Apple's patent FIG. 10 below illustrates several diffusers distributed on the front and back faces of a tablet computer device. Touch screen #1020 may be considered the primary user interface and primary display of the tablet computer device, while one or more diffusers attached to the tablet may be considered secondary displays.

During a given time period, the primary user interface and the diffuser-based displays may show information from different sources and/or for different purposes. In at least one embodiment, a user may be able to submit diffuser display configuration requests (e.g., via a “settings” menu available using the primary user interface), indicating the data sources for the information to be displayed via one or more diffuser segments, and/or the kind of data to be displayed.

The user may, for example, select different information sources for different diffuser segments, configure a given diffuser segment to switch between several different types of informational messages at specified rates (e.g., a diffuser segment may be configured to show an indication of the number of unread e-mail messages for five seconds, and an indication of the weather the following five seconds) and so on.

After the data sources and the durations for which the informational messages of various types have been determined, the contents of specific message or messages to be displayed during a given time interval (e.g., the numeral “5” to indicate five new e-mail messages, or a red exclamation mark symbol to indicate an indication of inclement weather in the near future) may be determined, and the appropriate signals may be sent to the diffuser segments.

It is noted that at least in some embodiments, the amount of power needed for the informational messages displayed using diffuser segments may be low enough that such messages may be displayed even while the electronic device itself is in a low power mode, e.g., while the laptop/phone/tablet/camera is in a sleep mode, hibernation mode, or a restricted-functionality mode such as an airplane mode.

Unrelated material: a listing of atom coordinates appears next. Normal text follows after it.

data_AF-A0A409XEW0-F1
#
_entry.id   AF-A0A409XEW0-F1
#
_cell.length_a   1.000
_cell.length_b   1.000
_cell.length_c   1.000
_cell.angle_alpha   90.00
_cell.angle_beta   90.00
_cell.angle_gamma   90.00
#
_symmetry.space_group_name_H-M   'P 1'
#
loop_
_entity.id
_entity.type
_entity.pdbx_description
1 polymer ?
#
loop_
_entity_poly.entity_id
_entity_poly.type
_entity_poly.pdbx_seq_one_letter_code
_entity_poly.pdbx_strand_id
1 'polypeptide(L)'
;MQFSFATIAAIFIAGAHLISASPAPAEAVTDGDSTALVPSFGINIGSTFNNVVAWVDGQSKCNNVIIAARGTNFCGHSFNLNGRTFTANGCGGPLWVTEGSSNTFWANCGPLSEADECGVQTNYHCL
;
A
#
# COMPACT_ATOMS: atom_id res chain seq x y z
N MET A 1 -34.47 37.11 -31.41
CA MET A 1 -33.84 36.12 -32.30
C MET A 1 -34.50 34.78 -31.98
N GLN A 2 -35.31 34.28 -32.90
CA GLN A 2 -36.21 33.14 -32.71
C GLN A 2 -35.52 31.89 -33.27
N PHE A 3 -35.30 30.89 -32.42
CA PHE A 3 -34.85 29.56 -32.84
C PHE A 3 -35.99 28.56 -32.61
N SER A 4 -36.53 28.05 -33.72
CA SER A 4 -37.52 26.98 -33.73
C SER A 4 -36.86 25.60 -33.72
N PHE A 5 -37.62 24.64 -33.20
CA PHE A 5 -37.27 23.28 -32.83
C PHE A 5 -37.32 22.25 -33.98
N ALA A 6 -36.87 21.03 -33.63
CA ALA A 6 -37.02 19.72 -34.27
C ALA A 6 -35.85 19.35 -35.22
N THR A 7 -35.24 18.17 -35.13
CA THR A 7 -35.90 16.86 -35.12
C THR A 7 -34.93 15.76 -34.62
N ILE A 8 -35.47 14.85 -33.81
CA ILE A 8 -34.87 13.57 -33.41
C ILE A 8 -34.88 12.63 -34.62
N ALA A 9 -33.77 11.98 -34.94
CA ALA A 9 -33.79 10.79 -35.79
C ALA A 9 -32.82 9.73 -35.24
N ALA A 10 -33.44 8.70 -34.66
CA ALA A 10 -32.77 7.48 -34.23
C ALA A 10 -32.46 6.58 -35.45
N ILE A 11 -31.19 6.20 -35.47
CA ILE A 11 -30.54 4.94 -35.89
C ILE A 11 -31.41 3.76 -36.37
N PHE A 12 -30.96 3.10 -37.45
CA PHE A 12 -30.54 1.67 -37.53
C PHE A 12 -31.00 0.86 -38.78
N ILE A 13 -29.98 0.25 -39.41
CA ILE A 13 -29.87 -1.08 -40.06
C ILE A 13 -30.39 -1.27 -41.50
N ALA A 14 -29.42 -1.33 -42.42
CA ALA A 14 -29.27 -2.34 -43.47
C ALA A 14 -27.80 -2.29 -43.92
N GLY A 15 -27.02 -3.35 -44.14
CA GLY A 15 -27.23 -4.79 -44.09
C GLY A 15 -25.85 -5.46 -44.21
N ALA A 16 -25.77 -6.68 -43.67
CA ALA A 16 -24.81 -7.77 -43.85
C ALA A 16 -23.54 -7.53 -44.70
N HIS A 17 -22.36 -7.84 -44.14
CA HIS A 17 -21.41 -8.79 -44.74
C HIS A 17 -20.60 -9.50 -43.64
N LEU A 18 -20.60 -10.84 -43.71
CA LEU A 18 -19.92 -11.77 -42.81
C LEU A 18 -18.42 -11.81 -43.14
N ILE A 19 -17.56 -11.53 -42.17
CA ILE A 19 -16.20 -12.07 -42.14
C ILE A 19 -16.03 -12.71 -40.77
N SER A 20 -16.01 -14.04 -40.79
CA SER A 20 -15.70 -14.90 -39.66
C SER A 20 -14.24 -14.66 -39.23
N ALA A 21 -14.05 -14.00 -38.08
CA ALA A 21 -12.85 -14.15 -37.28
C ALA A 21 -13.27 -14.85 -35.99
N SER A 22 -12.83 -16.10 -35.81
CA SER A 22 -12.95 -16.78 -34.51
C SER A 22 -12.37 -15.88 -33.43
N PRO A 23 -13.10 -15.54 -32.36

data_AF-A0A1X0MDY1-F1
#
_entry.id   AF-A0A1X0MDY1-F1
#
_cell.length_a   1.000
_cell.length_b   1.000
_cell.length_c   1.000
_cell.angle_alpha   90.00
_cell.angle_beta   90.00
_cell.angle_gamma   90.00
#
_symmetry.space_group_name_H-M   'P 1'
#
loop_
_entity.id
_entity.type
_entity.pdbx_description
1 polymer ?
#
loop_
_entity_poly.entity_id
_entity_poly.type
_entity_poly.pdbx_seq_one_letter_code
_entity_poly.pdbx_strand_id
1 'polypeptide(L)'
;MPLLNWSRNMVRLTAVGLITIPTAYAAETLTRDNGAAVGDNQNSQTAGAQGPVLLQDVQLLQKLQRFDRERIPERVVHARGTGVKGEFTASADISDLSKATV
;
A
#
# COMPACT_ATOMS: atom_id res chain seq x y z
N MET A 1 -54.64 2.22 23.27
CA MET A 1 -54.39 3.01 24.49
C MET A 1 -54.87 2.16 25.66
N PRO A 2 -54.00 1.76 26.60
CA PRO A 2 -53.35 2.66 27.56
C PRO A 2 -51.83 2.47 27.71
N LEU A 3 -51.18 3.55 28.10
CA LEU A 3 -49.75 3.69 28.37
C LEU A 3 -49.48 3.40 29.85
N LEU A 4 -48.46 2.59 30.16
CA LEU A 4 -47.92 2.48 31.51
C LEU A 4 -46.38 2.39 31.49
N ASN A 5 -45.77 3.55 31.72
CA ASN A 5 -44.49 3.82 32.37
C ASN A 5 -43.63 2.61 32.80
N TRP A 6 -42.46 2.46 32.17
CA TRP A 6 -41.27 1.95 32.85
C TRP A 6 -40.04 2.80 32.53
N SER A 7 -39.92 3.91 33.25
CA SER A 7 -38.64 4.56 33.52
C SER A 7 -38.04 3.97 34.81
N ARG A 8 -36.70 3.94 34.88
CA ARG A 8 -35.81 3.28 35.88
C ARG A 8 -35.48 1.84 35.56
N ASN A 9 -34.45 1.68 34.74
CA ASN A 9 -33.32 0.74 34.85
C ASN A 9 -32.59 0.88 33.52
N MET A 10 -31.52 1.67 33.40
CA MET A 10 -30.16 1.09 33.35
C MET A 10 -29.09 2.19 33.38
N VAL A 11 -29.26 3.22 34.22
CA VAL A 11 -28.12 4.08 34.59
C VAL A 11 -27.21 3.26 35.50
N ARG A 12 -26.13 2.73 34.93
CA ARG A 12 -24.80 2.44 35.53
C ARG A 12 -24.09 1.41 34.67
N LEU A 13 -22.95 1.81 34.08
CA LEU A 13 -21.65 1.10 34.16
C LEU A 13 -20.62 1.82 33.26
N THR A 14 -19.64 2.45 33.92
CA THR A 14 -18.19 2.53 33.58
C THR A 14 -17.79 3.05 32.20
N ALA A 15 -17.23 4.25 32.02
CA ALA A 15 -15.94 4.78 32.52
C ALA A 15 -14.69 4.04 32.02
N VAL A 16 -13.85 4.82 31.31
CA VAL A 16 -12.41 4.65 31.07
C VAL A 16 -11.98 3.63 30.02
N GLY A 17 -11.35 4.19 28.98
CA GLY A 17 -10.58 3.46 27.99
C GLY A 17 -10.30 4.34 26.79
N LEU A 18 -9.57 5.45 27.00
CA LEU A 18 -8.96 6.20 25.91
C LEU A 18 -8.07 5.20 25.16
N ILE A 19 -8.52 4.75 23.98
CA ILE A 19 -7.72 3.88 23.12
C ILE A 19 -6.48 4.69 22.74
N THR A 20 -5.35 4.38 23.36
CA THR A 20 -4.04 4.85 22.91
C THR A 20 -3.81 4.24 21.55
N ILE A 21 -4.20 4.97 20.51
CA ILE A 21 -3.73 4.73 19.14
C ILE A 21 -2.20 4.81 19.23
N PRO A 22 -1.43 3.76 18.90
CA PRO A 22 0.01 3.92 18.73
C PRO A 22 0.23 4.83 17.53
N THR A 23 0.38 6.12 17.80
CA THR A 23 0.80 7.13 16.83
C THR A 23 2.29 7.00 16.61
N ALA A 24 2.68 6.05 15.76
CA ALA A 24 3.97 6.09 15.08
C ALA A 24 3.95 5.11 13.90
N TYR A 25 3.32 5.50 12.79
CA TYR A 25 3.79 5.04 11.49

In some embodiments in which diffuser-based information display is supported during low power modes or restricted functionality modes, an additional step of wiping the diffuser display may be added to the shutdown process of the electronic device, in order to fully clear the diffuser display and avoid indeterminate or scrambled diffuser display contents. 

(Click on patent figures to Enlarge) 2 Apple patent fig. 10

This in-depth patent filing is broken down into 19 segments as noted below:

  • Camera-as-ALS Functionality Using Diffusers
  • Privacy Screen and Privacy Indicator
  • General-Purpose State/Information Indicator
  • Diffuser as a Design/Aesthetic Element Extending Beyond the Camera Light Path
  • Diffuser as a Virtual Shutter for Enhanced Flash Synchronization
  • Diffusers for Flash Windows
  • Diffusers for Non-Camera Ambient Light Sensors
  • Example Diffuser-Equipped Electronic Devices
  • Diffuser Materials
  • Diffuser Placement
  • Example Change in Diffusivity With Applied Signal
  • Diffusers for Information Display
  • Supplemental Light Sources for Information Display Through Diffuser
  • Diffusers Positioned Away From Light Paths of Cameras or Flashes
  • Changing Angular Sensitivity of Ambient Light Sensors Using Diffusers
  • Diffuser for Synchronization of Camera Image Sensor Exposure With Flash Illuminations
  • Multiple Flash Modes Using Diffusers
  • Methods Utilizing Diffusers
  • Example Components of Electronic Device


For those interested in diving into the details, review Apple's patent application number US 20230117997.

Apple's sole inventor is listed as Joel S. Armstrong-Muntner who is an academic researcher for Apple Inc.. The author has an h-index of 8, co-authored 11 publication(s) receiving 293 citation(s).